Albert Shiryaev published the first edition of his graduate-level textbook Probability in 1980 and it has been a mainstay of the Springer GTM series ever since. Over the following three decades he has continued to revise and expand this book, and while working on the third volume he chose to pull out all of the exercises from all of the volumes and publish them, along with some new exercises, in the book under review, aptly titled Problems in Probability. The book includes a wide variety of problems that Shiryaev has written himself and collected from other “textbooks, lecture notes, exercise manuals, monographs, research papers, private communications, and such.”
What remains is certainly not a textbook but is instead a collection of problems. Lots and lots of problems. They range from simple computational exercises to deep theoretical problems. Some of them are problems that a bright high school student could attack while others require several years of graduate-level analysis in order to understand what they are even asking. Yes, there are some problems involving balls and urns but there are also problems involving Riesz decompositions and measure theory. Some of the problems can be stated in a single sentence while others involving multiple paragraphs of notation and set up. To give a small sense of the type of problems included, I include the following sample (which is admittedly biased towards problems that are briefly stated:
As is clear from this sampling, the problems cover a wide range of topics under the heading of “Probability” and also are at a variety of levels of depth. As is also clear, many of the problems assume that you have Shiryaev’s other books close at hand, and in fact a good number of the problems are of the form “Prove Theorem X.Y of [P]” referring to his own book Probability Many of the problems have hints to help guide the reader to a solution and many others have remarks that give brief discussions expanding on the result of the problem.
Shiryaev does include several appendices that summarize a number of the most important concepts from combinatorics and probability theory. In particular, in less than 50 pages he introduces permutations and combinations, Bell numbers, distribution functions, analytic “tricks” involving Lebesgue integrals, Laplace transforms, generating functions, Stirling numbers, Appell relations, stationary random sequences, martingales, Markov chains, potential theory, Dirichlet problems, and a number of other topics. Needless to say, the coverage of these topics is neither in depth nor exhaustive, but will serve as a good reference for readers who have already seen the topics. Additionally, Shiryaev gives an extensive bibliography which serves both to give as much credit as possible to the original authors of the problems, and also will serve the reader as a good resource if they wish to learn more about the topics covered.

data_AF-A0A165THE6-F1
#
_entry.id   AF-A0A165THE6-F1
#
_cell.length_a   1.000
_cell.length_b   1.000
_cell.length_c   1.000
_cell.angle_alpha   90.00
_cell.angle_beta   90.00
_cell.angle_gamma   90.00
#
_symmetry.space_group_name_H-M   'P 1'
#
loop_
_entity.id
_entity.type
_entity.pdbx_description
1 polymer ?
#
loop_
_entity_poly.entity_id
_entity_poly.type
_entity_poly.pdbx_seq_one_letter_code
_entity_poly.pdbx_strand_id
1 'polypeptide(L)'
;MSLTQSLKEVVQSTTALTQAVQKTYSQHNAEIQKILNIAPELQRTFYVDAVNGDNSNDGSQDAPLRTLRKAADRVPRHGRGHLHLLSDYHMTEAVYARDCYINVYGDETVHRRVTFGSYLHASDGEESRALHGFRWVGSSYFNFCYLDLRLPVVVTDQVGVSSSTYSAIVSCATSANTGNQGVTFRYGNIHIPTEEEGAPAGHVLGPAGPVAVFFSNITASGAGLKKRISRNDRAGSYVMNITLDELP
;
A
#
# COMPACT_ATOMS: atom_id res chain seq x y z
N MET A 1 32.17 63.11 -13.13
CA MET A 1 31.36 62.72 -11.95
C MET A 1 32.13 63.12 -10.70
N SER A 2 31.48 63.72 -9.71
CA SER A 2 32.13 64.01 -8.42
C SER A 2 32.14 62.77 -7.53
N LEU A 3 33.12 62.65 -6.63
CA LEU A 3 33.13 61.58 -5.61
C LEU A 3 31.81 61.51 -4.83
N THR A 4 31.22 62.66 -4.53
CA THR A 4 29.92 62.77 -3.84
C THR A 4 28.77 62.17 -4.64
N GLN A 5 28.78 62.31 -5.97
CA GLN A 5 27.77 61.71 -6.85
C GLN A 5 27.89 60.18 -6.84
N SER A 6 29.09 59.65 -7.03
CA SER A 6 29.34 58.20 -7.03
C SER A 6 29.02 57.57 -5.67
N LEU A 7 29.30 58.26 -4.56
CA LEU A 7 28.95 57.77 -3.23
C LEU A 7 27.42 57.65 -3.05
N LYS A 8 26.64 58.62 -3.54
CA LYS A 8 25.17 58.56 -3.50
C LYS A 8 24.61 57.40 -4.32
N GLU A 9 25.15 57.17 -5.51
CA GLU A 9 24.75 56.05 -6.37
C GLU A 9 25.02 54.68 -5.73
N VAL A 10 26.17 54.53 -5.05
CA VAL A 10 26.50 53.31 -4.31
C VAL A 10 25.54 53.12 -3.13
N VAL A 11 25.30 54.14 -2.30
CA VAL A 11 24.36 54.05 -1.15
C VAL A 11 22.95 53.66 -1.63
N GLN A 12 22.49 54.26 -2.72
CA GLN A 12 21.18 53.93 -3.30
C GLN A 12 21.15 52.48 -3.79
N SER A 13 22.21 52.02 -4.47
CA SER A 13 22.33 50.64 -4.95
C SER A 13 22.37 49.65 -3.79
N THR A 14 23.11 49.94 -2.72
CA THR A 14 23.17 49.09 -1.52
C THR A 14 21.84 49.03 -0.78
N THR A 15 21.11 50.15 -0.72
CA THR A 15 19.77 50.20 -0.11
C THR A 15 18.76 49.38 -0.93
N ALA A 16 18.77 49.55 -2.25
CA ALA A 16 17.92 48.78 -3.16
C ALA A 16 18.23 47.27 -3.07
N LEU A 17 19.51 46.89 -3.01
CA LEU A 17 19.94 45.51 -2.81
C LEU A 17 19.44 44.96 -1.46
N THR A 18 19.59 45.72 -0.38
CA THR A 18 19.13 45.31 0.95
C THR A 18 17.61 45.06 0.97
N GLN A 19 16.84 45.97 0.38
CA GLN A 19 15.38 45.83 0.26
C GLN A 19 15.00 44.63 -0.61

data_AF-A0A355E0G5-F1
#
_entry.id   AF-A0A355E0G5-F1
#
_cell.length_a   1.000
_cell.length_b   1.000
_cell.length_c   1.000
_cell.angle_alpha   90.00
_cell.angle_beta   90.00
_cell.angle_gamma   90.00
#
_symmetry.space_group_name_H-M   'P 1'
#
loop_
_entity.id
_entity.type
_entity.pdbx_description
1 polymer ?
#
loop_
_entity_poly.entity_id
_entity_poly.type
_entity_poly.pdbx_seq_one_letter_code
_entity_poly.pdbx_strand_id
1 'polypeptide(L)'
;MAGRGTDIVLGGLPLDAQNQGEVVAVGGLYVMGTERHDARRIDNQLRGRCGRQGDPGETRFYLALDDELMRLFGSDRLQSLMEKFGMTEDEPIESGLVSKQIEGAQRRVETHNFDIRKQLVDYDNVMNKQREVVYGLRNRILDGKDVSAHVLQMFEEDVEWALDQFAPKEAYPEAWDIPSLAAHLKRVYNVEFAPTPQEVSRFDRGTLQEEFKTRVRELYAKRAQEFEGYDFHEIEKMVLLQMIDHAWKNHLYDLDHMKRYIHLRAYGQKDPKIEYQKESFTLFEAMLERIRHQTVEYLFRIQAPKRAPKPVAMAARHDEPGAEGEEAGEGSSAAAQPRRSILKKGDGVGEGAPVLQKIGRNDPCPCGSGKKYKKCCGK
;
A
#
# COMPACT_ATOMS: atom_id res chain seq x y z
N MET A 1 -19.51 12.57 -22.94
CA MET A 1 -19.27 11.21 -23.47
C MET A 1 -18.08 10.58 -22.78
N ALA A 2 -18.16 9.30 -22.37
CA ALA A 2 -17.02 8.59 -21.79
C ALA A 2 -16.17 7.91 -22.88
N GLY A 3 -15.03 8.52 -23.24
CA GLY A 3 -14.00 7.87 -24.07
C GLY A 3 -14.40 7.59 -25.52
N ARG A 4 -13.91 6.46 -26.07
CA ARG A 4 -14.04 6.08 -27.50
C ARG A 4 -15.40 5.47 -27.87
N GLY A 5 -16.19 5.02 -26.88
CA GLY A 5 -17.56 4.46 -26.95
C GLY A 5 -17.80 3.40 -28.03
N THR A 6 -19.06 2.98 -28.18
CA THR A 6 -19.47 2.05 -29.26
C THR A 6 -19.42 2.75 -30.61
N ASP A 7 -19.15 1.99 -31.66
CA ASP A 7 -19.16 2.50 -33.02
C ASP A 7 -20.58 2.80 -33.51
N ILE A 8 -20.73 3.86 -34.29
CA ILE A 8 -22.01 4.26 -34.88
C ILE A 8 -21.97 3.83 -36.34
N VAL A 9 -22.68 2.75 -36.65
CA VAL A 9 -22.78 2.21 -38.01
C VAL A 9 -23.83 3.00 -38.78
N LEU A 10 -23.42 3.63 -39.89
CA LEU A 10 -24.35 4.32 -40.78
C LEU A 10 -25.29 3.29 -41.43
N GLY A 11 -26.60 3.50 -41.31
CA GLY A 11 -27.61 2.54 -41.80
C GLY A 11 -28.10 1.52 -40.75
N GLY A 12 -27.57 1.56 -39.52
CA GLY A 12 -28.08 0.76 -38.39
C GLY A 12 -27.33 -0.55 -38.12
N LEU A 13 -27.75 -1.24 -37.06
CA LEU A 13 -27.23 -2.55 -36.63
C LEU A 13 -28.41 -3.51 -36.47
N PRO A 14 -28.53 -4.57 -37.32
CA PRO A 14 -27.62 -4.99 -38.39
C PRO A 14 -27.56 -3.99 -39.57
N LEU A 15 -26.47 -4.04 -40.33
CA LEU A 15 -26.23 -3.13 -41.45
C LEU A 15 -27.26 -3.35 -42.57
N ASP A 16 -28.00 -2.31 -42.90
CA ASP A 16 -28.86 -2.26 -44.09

However one feels about the buzzwords related to “Inquiry Based Learning,” we are now at a point where most mathematicians agree that an essential part of learning a subject is to do problems in the area. Lots and lots of problems. Often it seems that graduate level texts are not designed in this way, however, and do not contain exercises for readers to attempt to solidify their understanding of the material. Problems in Probability is exactly the opposite, and is almost exclusively dedicated to exercises. Shiryaev’s book provides an excellent source of problems and will be a valuable resource to students who wish to learn probability at the graduate level.
Darren Glass is an Associate Professor of Mathematics at Gettysburg College whose mathematical interests include number theory, Galois theory, algebraic geometry, and cryptography. He can be reached at email@example.com.
Preface.- 1. Elementary Probability Theory.- 2. Mathematical Foundations of Probability Theory.- 3. Convergence of Probability Measures.- 4. Independent Random Variables.- 5. Stationary Random Sequences in Strict Sense.- 6. Stationary Random Sequences in Broad Sense.- 7. Martingales.- 8. Markov Chains.- Appendix.- References.